Manning shows respect for Eagles offense

Denver's Peyton Manning is off to a torrid start, throwing 12 TDs through the first three games. DOUG PENSINGER / Getty
Denver's Peyton Manning is off to a torrid start, throwing 12 TDs through the first three games. DOUG PENSINGER / Getty
Posted: September 27, 2013

Confined by a short week and amid a record-setting opening month, Peyton Manning finds his attention is now consumed by the Eagles defense.

Even as an aficionado of offensive football, Manning has had little time this season to assess the offense that Eagles coach Chip Kelly has brought to the NFL.

But Manning has heard enough about Kelly's offense - especially from Broncos coach John Fox in the last two days - to know that the Broncos offense cannot have an off day on Sunday when the Eagles visit.

"From an offensive standpoint, we have to be on our game," Manning said Wednesday in a teleconference. "We have to be executing. We have to protect the ball, because if you're giving Philadelphia and Michael Vick and [LeSean] McCoy short fields and not doing your job, they're capable of scoring a lot of points and a lot of points quickly."

That might be an overstatement from Manning, but he's right that both offenses can move the ball. The Broncos and the Eagles have the most yards of any offense in the NFL, with 486.7 yards per game for Denver and 461.7 yards per game for the Eagles.

The Broncos average an NFL-best 42.3 points per game - more than two touchdowns better than the Eagles' 26.3 points per game. Manning's the first quarterback in NFL history to throw 12 touchdowns through the first three games.

Eagles running back LeSean McCoy echoed Manning's statement from the Eagles side, indicating that the Eagles need to score to keep pace with Denver.

"Once you punt the ball to Peyton Manning, you kind of count that as seven," said McCoy, who has heard so much of the Manning chatter this week that he reminded reporters that he's 1-0 against Manning.

That's a rarity, though. Eagles defensive coordinator Bill Davis is 0-2 as a coordinator against Manning-quarterbacked teams. Linebacker DeMeco Ryans, the quarterback of the Eagles defense, is 2-7 against Manning. But he's not going to bow to Manning, and he's telling his teammates to focus on winning the game.

"You can't get in awe of Peyton Manning," Ryans said. "Yeah, he's a great quarterback. Get over it. Everyone knows he's a Hall of Fame guy. Get over it. What do you have to do to win this game? That's the mentality we all have to take."

It hasn't worked for the Baltimore Ravens, New York Giants, or Oakland Raiders, each failing to stop Manning in the first three weeks. But Manning was hesitant about overhyping the Broncos' offense, even if analysts and oddsmakers have been doing it for him.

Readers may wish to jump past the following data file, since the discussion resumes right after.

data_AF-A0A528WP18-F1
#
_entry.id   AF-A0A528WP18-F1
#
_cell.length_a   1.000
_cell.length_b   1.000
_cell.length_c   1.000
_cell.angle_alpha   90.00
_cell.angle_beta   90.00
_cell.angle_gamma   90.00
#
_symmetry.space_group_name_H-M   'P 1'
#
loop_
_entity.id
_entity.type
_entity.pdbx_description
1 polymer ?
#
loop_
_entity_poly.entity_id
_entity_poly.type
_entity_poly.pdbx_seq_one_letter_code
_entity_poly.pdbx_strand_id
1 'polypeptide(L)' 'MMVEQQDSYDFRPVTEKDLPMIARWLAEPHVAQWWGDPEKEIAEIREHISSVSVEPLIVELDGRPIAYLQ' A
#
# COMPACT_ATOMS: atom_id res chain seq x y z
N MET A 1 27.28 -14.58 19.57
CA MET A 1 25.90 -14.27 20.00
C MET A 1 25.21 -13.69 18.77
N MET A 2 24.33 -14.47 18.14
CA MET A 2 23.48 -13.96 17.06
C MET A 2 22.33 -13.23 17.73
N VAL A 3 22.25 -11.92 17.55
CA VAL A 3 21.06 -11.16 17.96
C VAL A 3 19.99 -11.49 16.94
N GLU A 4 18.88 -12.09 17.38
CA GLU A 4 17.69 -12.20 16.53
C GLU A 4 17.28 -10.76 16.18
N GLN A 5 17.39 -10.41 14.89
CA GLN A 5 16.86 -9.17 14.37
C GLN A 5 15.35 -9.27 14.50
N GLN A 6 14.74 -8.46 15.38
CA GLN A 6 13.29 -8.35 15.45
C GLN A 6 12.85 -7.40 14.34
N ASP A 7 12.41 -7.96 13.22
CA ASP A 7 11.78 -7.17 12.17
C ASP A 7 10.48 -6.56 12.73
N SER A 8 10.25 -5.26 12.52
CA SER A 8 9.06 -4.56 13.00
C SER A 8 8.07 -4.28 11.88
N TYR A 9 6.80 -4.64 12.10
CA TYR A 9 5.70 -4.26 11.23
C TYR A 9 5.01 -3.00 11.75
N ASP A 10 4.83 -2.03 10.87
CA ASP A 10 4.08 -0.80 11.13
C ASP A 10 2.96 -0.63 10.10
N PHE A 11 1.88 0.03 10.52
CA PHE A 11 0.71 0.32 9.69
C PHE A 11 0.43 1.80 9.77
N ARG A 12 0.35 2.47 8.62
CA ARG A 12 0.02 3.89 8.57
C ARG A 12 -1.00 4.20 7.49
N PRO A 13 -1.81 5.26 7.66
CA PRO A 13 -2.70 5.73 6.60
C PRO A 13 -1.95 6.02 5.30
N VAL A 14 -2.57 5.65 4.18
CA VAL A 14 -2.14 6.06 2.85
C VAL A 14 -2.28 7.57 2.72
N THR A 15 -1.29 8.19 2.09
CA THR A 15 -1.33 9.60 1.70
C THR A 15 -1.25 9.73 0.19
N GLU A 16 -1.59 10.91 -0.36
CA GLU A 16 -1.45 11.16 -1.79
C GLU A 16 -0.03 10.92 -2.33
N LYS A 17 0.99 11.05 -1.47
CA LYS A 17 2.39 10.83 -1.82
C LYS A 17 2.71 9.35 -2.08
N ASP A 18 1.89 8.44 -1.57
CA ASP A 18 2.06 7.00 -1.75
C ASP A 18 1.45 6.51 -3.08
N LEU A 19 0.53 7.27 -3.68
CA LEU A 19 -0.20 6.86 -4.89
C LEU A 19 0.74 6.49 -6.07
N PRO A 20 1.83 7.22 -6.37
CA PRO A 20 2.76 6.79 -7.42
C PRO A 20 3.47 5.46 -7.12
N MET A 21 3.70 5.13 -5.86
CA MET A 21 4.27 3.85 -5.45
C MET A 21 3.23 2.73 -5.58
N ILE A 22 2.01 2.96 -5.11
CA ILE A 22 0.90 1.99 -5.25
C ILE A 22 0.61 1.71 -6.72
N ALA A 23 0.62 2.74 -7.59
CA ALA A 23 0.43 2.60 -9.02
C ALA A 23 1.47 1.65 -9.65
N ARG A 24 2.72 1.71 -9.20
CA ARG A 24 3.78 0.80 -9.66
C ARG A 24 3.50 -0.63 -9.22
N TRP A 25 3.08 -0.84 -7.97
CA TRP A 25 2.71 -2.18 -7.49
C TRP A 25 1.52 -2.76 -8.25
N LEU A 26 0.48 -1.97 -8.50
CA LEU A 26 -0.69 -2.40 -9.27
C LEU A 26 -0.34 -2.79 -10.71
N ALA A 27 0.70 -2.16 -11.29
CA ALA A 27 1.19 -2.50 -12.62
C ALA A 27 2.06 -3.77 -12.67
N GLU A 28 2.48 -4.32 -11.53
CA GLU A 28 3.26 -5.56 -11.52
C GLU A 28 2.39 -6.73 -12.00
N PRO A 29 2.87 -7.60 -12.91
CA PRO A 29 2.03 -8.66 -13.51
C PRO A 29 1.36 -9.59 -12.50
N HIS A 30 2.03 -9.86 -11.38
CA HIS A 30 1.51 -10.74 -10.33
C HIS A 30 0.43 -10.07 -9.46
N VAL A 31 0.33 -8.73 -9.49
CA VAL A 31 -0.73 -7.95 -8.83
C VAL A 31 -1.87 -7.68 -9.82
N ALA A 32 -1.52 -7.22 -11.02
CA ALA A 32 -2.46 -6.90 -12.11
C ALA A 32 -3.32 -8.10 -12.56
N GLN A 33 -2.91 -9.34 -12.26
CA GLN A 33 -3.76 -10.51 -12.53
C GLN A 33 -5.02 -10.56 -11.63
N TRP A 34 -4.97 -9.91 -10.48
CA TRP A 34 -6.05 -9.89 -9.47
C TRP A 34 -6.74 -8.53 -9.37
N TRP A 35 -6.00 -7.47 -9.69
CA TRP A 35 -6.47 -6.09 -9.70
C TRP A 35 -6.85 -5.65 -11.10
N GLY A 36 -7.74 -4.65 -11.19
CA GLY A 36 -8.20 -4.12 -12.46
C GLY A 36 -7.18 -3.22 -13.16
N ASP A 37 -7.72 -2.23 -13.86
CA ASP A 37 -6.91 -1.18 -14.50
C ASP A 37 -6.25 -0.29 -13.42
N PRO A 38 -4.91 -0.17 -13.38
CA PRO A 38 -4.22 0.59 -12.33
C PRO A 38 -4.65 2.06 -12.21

He emphasized it's early in the season, and he has new starters, such as tight end Julius Thomas, and new teammates, such as wide receiver Wes Welker, who require an acclimation process.

"Everybody makes these summary statements after one game or two games," Manning said. "We talk about the process here, and we're just going through the process. This is the beginning of the process. We're still figuring out who we are and what we do best, what our identity is."

Their identity is different than it was when Fox was hired in 2011. Tim Tebow was then one of the top quarterback options on that roster. Fox remarked how "different" it is coaching with a "first-ballot Hall of Famer at that position."

Perhaps that's why the Eagles were among the teams rumored to pursue Manning when Manning was a free agent in 2012 following neck surgery, even though the Eagles were the only reported suitor with a quarterback signed to a $100 million deal. The Los Angeles Times reported in March 2012 that discussions never advanced because Manning did not want to be in the same division as his brother, Eli. Manning did not delve into the topic when asked about it on Wednesday.

"I don't have much for you on that," Manning said. "It's been such a whirlwind since that time."

The whirlwind continues this week, when the Broncos have six days to prepare and the Eagles have 10 days to prepare for Manning. The quarterback did not gripe about the discrepancy on Wednesday and said every team needs to go through the short week at some point.

"It's a physical challenge and certainly a mental challenge," Manning said. "It's a grind all week, and every single repetition of practice and every second of meeting and walk-throughs are all critical."

So he spent the early part of the week trying to catch up with the Eagles. He said it's an unfamiliar defense with a new coordinator, a new scheme, and different personnel. That's why as a nine-minute telephone conversation waned Manning indicated he needed to leave. Preparation awaited for what could be another step in a record-setting campaign.

"We're trying to get ready for these guys," Manning said. "And it's going to be a tough day Sunday, I believe."


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